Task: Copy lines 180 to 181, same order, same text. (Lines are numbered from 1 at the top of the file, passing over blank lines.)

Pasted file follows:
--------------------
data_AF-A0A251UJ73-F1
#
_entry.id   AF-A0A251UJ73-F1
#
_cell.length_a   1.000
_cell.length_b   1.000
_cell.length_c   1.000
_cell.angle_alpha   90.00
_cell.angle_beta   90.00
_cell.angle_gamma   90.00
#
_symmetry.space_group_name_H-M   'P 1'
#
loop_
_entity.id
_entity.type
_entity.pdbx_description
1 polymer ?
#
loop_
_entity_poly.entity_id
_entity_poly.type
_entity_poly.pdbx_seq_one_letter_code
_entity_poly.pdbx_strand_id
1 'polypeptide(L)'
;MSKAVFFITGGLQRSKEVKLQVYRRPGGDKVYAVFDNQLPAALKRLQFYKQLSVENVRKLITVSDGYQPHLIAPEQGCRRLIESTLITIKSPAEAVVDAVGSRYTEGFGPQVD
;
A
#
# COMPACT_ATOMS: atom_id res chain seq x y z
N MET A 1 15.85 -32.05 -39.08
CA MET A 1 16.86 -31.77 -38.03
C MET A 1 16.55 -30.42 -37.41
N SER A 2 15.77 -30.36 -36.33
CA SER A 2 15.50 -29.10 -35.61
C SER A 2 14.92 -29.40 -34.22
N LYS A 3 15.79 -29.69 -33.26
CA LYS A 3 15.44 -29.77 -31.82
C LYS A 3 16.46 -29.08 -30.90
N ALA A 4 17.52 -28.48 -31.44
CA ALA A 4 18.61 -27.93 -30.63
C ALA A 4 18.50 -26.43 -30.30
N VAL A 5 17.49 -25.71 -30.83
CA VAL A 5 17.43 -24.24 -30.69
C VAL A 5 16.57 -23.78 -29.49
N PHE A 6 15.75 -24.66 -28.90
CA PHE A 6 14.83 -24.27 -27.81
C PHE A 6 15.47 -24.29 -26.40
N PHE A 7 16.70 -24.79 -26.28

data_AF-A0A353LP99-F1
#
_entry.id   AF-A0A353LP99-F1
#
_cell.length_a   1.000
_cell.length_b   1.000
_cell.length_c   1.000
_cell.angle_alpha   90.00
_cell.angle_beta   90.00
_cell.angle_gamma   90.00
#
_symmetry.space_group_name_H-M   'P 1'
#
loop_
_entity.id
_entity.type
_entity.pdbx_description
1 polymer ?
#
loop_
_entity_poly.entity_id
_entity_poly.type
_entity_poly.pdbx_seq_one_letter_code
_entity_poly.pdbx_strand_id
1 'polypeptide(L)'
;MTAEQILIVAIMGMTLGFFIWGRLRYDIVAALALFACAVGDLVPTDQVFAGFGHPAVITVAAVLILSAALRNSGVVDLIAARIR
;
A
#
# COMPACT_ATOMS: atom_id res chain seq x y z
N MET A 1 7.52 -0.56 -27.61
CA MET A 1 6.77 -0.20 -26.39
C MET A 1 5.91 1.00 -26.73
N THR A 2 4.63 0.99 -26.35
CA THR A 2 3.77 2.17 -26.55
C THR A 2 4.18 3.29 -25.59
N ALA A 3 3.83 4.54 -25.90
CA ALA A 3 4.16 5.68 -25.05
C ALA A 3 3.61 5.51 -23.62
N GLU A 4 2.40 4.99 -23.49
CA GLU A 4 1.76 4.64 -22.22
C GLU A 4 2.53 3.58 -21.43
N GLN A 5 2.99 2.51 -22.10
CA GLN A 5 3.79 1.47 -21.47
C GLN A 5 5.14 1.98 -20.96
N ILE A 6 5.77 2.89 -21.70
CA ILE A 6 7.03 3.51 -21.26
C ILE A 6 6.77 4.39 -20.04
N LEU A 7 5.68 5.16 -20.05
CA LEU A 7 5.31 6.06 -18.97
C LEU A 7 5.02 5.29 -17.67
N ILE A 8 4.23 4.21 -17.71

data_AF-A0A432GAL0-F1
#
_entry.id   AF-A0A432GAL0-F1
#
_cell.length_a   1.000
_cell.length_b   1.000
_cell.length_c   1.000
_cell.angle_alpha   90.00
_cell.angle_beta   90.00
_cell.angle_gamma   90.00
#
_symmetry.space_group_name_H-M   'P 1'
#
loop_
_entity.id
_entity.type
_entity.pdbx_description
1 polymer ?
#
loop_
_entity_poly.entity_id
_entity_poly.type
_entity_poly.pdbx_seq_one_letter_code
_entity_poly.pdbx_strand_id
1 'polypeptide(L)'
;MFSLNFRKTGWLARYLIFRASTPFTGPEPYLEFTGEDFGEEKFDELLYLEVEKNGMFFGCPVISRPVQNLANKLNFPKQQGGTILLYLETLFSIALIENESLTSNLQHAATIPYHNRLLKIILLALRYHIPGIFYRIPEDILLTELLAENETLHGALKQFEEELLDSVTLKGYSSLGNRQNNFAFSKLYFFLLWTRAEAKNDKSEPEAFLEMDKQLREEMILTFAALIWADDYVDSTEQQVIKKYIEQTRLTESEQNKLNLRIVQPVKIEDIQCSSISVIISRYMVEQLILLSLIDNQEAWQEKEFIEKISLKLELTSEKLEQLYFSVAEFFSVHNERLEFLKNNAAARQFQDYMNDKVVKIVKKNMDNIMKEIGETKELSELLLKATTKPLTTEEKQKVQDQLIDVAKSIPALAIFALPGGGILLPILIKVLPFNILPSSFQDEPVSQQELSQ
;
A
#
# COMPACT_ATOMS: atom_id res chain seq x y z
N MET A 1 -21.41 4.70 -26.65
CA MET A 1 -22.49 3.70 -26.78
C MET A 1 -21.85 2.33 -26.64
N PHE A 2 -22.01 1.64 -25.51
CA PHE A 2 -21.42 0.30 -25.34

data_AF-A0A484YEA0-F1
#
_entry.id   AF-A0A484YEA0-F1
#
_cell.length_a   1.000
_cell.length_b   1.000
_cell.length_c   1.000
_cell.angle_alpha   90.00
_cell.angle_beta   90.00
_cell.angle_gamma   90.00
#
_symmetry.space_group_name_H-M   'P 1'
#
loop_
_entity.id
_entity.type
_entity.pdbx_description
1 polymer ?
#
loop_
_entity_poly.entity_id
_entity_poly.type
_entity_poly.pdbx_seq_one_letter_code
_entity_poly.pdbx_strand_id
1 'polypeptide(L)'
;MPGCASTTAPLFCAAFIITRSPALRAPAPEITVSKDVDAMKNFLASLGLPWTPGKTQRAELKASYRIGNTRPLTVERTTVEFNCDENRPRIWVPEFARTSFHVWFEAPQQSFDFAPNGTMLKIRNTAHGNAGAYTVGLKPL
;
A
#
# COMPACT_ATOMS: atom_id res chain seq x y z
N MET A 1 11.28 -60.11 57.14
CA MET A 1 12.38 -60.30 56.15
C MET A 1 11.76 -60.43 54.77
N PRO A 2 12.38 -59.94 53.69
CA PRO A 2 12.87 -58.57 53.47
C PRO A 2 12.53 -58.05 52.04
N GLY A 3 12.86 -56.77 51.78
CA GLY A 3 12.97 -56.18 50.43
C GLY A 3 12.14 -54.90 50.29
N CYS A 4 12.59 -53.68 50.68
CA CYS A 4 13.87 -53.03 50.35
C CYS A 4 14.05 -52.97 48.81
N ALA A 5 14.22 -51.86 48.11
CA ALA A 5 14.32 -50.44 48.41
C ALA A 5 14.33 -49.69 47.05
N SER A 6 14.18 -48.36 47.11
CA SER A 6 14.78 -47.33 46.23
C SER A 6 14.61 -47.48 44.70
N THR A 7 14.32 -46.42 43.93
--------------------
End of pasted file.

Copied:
CA ALA A 5 14.32 -50.44 48.41
C ALA A 5 14.33 -49.69 47.05